Peter Soyer Beagle is an American novelist and screenwriter, especially fantasy fiction. His best-known work is The Last Unicorn (1968), a fantasy novel he wrote in his twenties, which Locus subscribers voted the number five "All-Time Best Fantasy Novel" in 1987. During the last twenty-five years he has won several literary awards, including a World Fantasy Award for Life Achievement in 2011. He was named Damon Knight Memorial Grand Master by SFWA in 2018.
Naomi Novik is an American writer of speculative fiction. She wrote the Temeraire fantasy/alternate history series of nine novels. Her first book, His Majesty's Dragon, won the 2007 Compton Crook Award for best first novel in the science fiction and fantasy category. She won the John W. Campbell Award for Best New Writer in 2007, was nominated for a Hugo Award for Best Novel in 2007, 2016, and 2019, and won both the Nebula Award for Best Novel and the Mythopoeic Fantasy Award in 2016 for Uprooted.
The Andre Norton Award for Young Adult Science Fiction and Fantasy is an annual award presented by the Science Fiction and Fantasy Writers of America (SFWA) to the author of the best young adult science fiction or fantasy book published in the United States in the preceding year. It is named to honor prolific science fiction and fantasy author Andre Norton (1912–2005), and it was established by then SFWA president Catherine Asaro and the SFWA Young Adult Fiction committee and announced on February 20, 2005. Any published young adult science fiction or fantasy novel is eligible for the prize, including graphic novels. There is no limit on word count. The award is presented along with the Nebula Awards and follows the same rules for nominations and voting; as the awards are separate, works may be simultaneously nominated for both the Andre Norton award and a Nebula Award.
Mary Robinette Kowal is an award-winning American author and puppeteer.
The Nebula Awards annually recognize the best works of science fiction or fantasy published in the United States. The awards are organized and awarded by the Science Fiction and Fantasy Writers of America (SFWA), a nonprofit association of professional science fiction and fantasy writers. They were first given in 1966 at a ceremony created for the awards, and are given in four categories for different lengths of literary works. A fifth category for film and television episode scripts was given 1974–78 and 2000–09, and a sixth category for game writing was begun in 2018. The rules governing the Nebula Awards have changed several times during the awards' history, most recently in 2010. The SFWA Nebula Conference, at which the awards are announced and presented, is held each spring in the United States. Locations vary from year to year.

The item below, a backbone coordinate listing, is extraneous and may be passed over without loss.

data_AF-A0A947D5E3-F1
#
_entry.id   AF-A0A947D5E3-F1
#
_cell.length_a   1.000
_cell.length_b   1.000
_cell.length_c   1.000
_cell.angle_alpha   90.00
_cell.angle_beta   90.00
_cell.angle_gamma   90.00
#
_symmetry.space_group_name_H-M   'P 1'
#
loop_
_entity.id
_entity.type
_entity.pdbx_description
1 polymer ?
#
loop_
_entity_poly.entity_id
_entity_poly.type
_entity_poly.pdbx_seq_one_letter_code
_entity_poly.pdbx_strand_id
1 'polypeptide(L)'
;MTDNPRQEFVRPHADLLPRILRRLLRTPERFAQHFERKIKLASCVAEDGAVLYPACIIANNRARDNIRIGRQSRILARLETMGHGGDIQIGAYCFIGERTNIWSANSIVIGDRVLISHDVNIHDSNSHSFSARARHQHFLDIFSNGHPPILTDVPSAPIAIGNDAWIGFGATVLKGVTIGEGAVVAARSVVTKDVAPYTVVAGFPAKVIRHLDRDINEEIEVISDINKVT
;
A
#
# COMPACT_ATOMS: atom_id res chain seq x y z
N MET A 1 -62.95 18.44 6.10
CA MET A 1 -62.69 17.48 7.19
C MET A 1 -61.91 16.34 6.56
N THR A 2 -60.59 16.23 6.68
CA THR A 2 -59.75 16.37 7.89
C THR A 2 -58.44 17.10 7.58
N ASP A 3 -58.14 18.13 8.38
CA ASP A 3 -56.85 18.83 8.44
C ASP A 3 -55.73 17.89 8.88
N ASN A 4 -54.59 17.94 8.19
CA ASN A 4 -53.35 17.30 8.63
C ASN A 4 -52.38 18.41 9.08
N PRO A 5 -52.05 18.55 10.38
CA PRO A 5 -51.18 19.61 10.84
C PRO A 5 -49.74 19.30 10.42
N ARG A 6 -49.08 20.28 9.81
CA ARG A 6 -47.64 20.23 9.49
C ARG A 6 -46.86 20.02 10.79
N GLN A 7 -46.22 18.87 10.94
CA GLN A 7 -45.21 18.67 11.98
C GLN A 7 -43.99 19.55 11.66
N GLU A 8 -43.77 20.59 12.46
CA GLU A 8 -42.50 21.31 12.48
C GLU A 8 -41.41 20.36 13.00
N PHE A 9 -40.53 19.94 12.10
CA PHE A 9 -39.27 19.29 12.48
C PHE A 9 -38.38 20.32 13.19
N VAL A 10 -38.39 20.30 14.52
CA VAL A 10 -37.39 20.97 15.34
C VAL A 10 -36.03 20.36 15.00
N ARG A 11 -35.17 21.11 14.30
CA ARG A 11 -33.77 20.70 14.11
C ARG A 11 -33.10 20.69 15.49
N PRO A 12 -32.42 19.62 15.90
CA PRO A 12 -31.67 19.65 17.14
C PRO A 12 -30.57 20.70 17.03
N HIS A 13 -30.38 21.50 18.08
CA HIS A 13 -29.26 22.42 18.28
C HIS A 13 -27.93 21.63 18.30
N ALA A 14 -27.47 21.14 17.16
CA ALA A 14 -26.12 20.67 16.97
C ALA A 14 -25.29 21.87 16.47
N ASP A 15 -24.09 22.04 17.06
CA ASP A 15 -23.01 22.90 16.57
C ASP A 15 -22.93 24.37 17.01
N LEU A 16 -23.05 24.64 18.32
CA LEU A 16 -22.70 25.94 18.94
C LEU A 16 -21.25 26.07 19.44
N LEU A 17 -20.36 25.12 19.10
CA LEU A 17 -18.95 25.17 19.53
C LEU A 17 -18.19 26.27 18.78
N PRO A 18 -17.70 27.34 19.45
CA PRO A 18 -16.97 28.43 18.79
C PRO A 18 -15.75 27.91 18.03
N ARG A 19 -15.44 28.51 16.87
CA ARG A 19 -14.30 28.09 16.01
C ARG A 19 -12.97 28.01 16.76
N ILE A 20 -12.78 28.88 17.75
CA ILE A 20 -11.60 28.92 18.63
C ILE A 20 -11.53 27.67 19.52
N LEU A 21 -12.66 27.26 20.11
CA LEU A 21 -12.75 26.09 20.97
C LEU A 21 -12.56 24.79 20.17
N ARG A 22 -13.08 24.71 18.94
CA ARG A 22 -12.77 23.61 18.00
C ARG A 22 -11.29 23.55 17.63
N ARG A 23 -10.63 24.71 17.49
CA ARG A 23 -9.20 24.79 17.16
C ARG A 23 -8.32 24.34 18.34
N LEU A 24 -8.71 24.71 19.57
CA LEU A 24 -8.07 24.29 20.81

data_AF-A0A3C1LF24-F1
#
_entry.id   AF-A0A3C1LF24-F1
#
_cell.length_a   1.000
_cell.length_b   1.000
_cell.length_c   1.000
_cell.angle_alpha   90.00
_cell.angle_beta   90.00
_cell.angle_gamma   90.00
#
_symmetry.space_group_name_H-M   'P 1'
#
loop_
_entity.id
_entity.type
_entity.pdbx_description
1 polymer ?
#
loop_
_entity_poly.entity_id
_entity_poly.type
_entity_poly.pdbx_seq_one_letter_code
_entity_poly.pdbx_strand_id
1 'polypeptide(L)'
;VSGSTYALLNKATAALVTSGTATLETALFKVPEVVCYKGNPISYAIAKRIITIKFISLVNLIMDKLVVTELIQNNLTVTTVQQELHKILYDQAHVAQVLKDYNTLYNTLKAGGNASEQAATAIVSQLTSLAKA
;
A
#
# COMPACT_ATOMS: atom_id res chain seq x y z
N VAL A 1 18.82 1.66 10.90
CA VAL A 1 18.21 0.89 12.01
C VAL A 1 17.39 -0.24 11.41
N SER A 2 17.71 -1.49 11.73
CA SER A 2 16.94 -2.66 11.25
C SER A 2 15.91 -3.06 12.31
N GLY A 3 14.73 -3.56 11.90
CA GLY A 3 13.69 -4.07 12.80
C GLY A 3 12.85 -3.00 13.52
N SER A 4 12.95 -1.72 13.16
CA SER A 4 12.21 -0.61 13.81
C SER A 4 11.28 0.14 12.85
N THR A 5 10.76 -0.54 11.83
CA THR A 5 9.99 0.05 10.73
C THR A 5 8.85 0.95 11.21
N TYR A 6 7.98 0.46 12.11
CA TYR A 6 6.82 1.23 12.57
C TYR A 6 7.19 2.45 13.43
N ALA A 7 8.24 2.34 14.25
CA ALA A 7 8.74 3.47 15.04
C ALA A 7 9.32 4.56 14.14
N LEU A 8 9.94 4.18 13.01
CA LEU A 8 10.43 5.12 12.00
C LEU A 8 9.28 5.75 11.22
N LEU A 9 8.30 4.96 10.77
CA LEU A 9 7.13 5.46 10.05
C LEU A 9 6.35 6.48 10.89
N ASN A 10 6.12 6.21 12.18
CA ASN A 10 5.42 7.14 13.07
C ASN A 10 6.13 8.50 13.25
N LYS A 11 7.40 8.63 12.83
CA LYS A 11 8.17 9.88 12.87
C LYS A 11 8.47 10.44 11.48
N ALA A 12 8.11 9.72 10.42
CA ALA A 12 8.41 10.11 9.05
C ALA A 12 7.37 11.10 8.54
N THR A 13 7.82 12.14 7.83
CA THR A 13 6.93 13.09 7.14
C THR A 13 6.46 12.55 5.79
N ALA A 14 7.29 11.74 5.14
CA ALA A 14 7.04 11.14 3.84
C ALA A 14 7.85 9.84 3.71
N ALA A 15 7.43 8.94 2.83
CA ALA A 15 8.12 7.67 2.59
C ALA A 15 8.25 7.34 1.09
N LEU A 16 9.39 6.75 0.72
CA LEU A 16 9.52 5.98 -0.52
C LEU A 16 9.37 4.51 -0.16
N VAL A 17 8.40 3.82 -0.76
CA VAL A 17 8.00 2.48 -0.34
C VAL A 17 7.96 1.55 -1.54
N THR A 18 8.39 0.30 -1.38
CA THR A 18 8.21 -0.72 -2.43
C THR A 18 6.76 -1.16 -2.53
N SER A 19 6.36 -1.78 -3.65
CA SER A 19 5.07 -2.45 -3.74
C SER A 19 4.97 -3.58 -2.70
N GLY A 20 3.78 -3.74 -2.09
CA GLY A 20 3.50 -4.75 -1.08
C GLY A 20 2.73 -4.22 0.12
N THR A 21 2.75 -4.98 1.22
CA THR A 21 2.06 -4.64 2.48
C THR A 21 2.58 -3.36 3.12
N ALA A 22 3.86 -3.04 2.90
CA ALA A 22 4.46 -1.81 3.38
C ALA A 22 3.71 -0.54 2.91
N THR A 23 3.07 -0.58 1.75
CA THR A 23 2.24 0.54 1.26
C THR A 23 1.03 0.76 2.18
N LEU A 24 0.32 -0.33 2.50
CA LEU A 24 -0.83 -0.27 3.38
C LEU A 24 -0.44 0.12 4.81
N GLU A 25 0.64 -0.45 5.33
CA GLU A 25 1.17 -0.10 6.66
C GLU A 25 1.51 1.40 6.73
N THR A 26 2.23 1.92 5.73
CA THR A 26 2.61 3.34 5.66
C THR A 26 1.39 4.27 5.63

Rachel Swirsky is an American literary, speculative fiction and fantasy writer, poet, and editor living in California. She was the founding editor of the PodCastle podcast and served as editor from 2008 to 2010. She served as vice president of the Science Fiction and Fantasy Writers of America in 2013.
Nebula Award Showcase is a series of annual science fiction and fantasy anthologies collecting stories that have won or been nominated for the Nebula Award, awarded by the Science Fiction and Fantasy Writers of America (SFWA), a nonprofit association of professional science fiction and fantasy writers founded in 1965 by Damon Knight as the Science Fiction Writers of America.
The Nebula Awards Showcase 2011 is an anthology of science fiction short works edited by American writer Kevin J. Anderson. It was first published in trade paperback and ebook by Tor Books in May 2011. The first British edition was published in trade paperback and ebook by Robinson in February 2012 under the alternate title The Mammoth Book of Nebula Awards SF.